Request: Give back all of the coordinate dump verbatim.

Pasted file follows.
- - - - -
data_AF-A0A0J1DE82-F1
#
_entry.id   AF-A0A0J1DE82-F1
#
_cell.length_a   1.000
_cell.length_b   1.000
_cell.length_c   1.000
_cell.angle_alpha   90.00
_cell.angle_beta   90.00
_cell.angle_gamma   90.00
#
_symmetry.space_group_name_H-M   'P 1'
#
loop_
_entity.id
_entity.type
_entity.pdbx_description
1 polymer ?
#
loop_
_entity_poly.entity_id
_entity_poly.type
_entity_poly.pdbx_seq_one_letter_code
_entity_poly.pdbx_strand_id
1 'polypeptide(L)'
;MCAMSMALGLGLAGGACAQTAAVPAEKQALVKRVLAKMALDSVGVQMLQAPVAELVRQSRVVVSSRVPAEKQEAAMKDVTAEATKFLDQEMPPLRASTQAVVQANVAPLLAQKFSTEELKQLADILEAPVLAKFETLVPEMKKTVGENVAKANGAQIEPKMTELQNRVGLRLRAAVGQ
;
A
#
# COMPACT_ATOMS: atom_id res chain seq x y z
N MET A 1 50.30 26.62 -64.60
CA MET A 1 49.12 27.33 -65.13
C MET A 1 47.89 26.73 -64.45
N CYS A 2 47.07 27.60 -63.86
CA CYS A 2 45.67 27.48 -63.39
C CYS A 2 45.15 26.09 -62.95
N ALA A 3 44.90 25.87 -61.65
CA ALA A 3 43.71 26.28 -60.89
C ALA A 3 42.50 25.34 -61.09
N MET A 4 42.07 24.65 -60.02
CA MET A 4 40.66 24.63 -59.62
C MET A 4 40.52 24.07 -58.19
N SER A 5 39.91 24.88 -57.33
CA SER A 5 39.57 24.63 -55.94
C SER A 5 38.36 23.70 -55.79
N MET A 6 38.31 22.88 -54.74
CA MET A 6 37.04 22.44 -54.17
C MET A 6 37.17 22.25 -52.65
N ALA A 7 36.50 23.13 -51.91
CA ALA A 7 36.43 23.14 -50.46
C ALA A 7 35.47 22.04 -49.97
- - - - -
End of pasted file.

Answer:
data_AF-A0A0J1DE82-F1
#
_entry.id   AF-A0A0J1DE82-F1
#
_cell.length_a   1.000
_cell.length_b   1.000
_cell.length_c   1.000
_cell.angle_alpha   90.00
_cell.angle_beta   90.00
_cell.angle_gamma   90.00
#
_symmetry.space_group_name_H-M   'P 1'
#
loop_
_entity.id
_entity.type
_entity.pdbx_description
1 polymer ?
#
loop_
_entity_poly.entity_id
_entity_poly.type
_entity_poly.pdbx_seq_one_letter_code
_entity_poly.pdbx_strand_id
1 'polypeptide(L)'
;MCAMSMALGLGLAGGACAQTAAVPAEKQALVKRVLAKMALDSVGVQMLQAPVAELVRQSRVVVSSRVPAEKQEAAMKDVTAEATKFLDQEMPPLRASTQAVVQANVAPLLAQKFSTEELKQLADILEAPVLAKFETLVPEMKKTVGENVAKANGAQIEPKMTELQNRVGLRLRAAVGQ
;
A
#
# COMPACT_ATOMS: atom_id res chain seq x y z
N MET A 1 50.30 26.62 -64.60
CA MET A 1 49.12 27.33 -65.13
C MET A 1 47.89 26.73 -64.45
N CYS A 2 47.07 27.60 -63.86
CA CYS A 2 45.67 27.48 -63.39
C CYS A 2 45.15 26.09 -62.95
N ALA A 3 44.90 25.87 -61.65
CA ALA A 3 43.71 26.28 -60.89
C ALA A 3 42.50 25.34 -61.09
N MET A 4 42.07 24.65 -60.02
CA MET A 4 40.66 24.63 -59.62
C MET A 4 40.52 24.07 -58.19
N SER A 5 39.91 24.88 -57.33
CA SER A 5 39.57 24.63 -55.94
C SER A 5 38.36 23.70 -55.79
N MET A 6 38.31 22.88 -54.74
CA MET A 6 37.04 22.44 -54.17
C MET A 6 37.17 22.25 -52.65
N ALA A 7 36.50 23.13 -51.91
CA ALA A 7 36.43 23.14 -50.46
C ALA A 7 35.47 22.04 -49.97